“The moon landings were an important impetus to technology but you have to ask the question, what is the case for sending people back into space?” said Rees. “I think that the practical case gets weaker and weaker with every advance in robotics and miniaturisation. It’s hard to see any particular reason or purpose in going back to the moon or indeed sending people into space at all.


Speaking to Cambridge Ideas, Rees remained enthusiastic about manned space travel, but thought it would be rather different in style from what we have seen before.

“I hope indeed that some people now living will walk on Mars, but I think they will do this with the same motive as those who climb Everest or the pioneer explorers,” he said.

“I think the future for manned space exploration will be a cut-price, high-risk programme – perhaps even partly privately funded – which would be an adventure, more than anything practical,” he said.

Not everyone agrees, of course – including the Obama administration, China, India and the European Space Agency. But I think Rees has a point, in that nation-states aren’t going to provide the main thrust of such projects in the long run, at least not in the West; they’re too risk-averse to pull it off within budget. Commerce will be the driving force, if there is one… as suggested in Jason Stoddard’s Winning Mars, perhaps.

Fab another little piece of my heart now, baby: 3D printing human organs

The idea of printing replacement biological tissue and organs has been around for a while – we mentioned the development the pressure-assisted spinning system back in 2007, in fact – but it looks like it’s finally reached the point where people think they can make a profit from it on a commercial scale. Via io9, The Economist tells us about Organovo and their US$200,000-a-pop commercially-available bio-printer:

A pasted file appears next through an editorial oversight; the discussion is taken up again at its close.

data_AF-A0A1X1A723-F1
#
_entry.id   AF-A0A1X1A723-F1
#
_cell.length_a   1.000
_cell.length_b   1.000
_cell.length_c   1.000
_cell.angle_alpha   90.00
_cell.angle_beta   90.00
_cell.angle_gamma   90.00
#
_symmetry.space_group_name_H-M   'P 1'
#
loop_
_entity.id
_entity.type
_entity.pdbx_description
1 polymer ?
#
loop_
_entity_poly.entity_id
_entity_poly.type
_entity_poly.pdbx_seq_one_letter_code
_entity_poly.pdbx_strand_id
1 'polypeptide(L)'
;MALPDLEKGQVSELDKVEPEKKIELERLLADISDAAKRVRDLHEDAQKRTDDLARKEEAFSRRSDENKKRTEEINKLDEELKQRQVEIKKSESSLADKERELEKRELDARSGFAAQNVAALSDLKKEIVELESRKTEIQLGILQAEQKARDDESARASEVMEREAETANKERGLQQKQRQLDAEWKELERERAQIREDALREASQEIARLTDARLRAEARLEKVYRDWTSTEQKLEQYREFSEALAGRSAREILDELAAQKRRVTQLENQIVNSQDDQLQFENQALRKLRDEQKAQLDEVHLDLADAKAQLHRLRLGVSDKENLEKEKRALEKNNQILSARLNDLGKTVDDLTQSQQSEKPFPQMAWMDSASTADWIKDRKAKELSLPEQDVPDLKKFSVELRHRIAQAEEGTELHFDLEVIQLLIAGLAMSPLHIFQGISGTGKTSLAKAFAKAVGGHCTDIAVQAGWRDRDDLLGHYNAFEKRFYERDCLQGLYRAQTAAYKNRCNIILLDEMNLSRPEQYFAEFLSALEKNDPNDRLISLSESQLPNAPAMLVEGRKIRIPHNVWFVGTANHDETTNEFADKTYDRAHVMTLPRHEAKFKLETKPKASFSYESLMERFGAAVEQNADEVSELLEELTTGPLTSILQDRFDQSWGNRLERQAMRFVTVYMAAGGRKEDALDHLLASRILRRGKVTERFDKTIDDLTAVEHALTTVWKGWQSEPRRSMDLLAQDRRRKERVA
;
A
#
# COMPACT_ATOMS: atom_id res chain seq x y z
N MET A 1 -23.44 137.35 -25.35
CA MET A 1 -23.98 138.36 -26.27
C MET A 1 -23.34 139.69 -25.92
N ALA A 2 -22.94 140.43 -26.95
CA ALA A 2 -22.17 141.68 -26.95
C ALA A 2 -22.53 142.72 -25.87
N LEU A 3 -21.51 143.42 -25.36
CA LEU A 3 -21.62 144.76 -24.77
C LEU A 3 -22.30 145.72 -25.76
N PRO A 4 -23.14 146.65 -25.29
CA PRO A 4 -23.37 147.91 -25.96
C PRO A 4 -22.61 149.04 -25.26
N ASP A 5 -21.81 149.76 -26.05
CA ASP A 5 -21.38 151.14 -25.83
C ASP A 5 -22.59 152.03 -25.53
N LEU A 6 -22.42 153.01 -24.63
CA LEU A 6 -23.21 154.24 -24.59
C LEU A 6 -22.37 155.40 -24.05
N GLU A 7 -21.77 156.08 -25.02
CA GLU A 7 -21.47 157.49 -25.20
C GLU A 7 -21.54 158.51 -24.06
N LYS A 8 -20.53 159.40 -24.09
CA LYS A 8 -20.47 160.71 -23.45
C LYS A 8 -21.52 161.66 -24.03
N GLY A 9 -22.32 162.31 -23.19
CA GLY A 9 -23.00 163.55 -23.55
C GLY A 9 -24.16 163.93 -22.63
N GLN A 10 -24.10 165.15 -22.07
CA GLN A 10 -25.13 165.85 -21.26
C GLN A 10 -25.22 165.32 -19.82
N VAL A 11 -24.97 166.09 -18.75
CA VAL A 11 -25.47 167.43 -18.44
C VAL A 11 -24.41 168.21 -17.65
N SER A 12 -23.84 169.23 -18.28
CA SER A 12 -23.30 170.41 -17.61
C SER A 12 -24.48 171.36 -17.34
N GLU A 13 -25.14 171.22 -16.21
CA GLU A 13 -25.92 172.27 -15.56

To start with, only simple tissues, such as skin, muscle and short stretches of blood vessels, will be made, says Keith Murphy, Organovo’s chief executive, and these will be for research purposes. Mr Murphy says, however, that the company expects that within five years, once clinical trials are complete, the printers will produce blood vessels for use as grafts in bypass surgery. With more research it should be possible to produce bigger, more complex body parts. Because the machines have the ability to make branched tubes, the technology could, for example, be used to create the networks of blood vessels needed to sustain larger printed organs, like kidneys, livers and hearts.

I can’t wait to see what uses the street will find for this technology once it gets cheaper…

… no, scratch that. I think maybe I can wait after all.

The Tender Mash-up

Since I chose to write about things made of metal skins and electrical guts in November, and then about warm-blooded carbon-based life in December, I couldn’t resist a combination. I call it the tender mash-up because the fusion of man and machine might result in an emotional being with a huge leap forward in physical capacity. The popular television and movie characters Robocop and The Six Million Dollar Man may be coming close to reality. Continue reading The Tender Mash-up